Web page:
The Semantic Web in Information Science
As the evolution of the World Wide Web (WWW) continues, the impact of ‘Web 2.0’ and its associated technologies and paradigms is yet to be fully measured. In the field of information science, the development towards what has been called Web 3.0 or ‘the semantic web’ raises some challenging yet promising issues for how a modern library / information service will evolve.
The Evolving Internet
The internet currently ‘in use’ as it were – using Webs 1.0 and 2.0 - was built on certain protocols which allowed widespread dissemination of information under certain agreed standards and then allowed linking of this to create networks. Both of these iterations of the WWW were designed to be read by humans as opposed to machines and this leads to some inefficiencies as the power of the machines goes underused as Berners-Lee (1998) noted.
The HTML based WWW has meant that it is possible for information to be placed on it via a wide range of devices and generally meant the same information would be displayed in the same format to all. As this information was created by and designed to be read by humans as opposed to machines there has been no attempt to ensure that there was a controlled vocabulary(Morville and Rosenfeld 2007). Hence, when searching for information on the WWW for ‘Biohazard’ the results will also include the band of the same name as well as biologically hazardous data which could be considered ‘correct but not accurate’. As there is no control over what terms mean, there can be and is great interchangeably which degrades results received. The semantic web seeks to solve this issue by making sure that the vocabulary is controlled so that a machine will be able to read the data and interpret it in a similar way to a human for value.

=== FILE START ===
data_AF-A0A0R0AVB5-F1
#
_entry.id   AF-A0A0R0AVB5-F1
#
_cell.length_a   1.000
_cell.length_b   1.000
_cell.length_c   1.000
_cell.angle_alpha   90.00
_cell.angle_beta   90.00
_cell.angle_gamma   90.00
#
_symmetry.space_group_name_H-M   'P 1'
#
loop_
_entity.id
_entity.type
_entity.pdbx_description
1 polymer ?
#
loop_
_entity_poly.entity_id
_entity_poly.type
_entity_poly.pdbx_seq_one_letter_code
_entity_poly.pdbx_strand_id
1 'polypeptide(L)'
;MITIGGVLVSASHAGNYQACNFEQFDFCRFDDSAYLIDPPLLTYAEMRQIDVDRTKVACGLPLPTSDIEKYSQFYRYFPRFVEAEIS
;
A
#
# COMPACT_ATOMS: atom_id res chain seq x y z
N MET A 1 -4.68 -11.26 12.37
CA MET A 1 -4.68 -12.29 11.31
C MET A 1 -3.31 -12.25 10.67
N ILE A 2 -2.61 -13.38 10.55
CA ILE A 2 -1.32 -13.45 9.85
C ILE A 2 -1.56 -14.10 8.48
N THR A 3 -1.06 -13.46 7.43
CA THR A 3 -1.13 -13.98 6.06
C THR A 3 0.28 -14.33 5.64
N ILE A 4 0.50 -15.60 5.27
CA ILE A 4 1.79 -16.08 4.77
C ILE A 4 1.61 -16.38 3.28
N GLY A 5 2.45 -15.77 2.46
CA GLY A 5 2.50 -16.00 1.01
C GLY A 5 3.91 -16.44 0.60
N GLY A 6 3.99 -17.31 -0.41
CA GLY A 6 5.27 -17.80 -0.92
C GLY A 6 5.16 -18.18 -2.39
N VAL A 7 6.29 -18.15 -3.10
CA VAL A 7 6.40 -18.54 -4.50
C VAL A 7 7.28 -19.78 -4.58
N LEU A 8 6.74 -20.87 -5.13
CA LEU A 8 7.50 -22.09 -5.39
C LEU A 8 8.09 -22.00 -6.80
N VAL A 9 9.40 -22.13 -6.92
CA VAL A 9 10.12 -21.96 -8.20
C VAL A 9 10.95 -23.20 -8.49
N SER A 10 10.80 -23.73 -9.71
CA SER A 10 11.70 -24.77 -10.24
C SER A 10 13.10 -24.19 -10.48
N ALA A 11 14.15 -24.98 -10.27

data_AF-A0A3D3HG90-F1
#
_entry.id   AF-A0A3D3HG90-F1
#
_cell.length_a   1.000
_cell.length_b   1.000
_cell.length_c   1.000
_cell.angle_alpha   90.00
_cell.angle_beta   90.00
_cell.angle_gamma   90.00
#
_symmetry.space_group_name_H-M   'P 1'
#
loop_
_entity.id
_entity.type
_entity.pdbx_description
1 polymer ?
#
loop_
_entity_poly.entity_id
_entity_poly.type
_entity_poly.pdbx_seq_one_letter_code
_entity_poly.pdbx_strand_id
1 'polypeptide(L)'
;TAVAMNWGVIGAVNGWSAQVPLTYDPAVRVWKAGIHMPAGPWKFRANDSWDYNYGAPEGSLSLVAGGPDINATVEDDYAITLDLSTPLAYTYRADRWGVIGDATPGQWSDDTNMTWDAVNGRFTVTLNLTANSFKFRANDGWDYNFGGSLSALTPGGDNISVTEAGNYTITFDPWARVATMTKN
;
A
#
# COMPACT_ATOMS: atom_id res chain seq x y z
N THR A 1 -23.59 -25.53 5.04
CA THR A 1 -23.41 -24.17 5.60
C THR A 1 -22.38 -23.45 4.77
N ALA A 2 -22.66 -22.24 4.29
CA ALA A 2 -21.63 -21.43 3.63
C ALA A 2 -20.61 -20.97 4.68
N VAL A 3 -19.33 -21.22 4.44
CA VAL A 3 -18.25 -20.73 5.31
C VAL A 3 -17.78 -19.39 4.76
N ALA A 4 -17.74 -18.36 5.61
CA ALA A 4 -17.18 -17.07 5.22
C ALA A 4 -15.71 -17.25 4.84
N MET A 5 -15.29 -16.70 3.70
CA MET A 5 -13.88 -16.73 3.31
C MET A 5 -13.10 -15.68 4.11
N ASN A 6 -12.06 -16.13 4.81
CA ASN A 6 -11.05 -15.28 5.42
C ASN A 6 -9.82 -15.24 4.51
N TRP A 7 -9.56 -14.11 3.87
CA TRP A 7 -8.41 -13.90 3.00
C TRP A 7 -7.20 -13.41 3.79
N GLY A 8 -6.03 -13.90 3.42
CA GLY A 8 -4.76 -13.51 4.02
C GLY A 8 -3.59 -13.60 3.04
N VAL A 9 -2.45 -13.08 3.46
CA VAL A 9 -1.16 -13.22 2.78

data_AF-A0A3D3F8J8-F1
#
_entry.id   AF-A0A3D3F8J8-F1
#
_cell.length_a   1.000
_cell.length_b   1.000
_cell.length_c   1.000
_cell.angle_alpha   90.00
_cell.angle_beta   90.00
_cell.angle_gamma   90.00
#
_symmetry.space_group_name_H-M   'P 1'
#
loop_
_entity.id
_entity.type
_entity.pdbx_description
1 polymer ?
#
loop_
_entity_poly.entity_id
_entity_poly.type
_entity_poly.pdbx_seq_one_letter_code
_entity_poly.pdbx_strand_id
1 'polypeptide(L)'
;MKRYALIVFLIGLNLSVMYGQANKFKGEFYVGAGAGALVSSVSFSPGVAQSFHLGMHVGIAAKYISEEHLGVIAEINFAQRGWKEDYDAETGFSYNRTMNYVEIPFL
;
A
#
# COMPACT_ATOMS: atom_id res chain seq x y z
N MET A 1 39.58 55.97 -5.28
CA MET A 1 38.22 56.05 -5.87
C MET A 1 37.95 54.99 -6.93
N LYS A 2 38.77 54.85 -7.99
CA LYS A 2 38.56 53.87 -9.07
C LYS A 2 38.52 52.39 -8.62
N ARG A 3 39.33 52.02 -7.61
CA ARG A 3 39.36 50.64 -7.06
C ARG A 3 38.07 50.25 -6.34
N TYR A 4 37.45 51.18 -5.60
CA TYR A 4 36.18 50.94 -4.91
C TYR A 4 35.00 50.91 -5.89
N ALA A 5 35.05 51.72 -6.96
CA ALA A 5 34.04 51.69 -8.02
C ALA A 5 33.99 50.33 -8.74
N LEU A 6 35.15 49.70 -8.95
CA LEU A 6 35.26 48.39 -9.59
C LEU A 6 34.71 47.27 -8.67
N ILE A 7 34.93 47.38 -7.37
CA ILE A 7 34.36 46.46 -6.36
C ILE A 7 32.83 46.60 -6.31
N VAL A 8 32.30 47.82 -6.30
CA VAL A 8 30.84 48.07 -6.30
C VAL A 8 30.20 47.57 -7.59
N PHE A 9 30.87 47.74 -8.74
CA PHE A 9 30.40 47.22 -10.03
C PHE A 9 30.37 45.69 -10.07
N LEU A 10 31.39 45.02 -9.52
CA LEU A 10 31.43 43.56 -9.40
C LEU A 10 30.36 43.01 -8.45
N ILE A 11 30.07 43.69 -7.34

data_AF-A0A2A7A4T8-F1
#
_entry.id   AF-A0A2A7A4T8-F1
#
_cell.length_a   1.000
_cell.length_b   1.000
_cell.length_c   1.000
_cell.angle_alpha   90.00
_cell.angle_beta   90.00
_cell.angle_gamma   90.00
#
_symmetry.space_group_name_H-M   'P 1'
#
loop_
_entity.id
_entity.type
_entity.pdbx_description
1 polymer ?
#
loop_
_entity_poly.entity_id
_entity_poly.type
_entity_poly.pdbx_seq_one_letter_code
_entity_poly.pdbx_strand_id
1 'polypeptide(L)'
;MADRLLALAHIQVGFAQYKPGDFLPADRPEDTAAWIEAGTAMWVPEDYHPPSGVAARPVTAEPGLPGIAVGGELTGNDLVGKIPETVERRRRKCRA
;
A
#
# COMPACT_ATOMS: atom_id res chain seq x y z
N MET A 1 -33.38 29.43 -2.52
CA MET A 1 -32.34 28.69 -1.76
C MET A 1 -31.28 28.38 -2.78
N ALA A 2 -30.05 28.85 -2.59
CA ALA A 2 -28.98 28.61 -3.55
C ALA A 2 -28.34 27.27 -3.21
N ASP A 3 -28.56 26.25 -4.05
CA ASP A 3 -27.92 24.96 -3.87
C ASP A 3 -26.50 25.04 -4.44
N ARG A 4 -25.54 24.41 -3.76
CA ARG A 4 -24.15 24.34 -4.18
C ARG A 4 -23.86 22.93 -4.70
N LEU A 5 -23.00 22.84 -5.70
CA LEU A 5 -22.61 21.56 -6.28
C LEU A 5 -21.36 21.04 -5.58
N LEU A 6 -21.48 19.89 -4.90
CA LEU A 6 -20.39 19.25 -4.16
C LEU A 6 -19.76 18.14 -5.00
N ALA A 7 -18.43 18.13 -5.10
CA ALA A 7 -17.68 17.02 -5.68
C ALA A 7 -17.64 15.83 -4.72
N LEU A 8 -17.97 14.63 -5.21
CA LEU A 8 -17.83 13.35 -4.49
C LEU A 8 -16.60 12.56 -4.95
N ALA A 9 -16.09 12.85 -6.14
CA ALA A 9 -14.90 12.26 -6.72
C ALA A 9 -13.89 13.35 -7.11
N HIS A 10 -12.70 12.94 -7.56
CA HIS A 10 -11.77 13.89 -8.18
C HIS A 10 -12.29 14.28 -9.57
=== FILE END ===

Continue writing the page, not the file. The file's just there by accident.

Information published on the WWW has the most value when it can be seen, shared and utilised widely, therefore that which is published must be accessible to the widest group of interested parties (barring restrictions such as commercially sensitive information or paid for services which sit behind password protected walls). The semantic web allows greater accessibility and efficiency of information as it links it in a way that is understandable and based on a common set of parameters.
The World Wide Web Consortium (W3C) describes the semantic web as being “...about common formats for integration and combination of data drawn from diverse sources...” (Herman 2011) . This is a step change as it involves machine readable data and relational links, rather than a web of different documents and artefacts that are linked by human interaction. This allows more automatic processes to run on the web and to return better, deeper and richer results.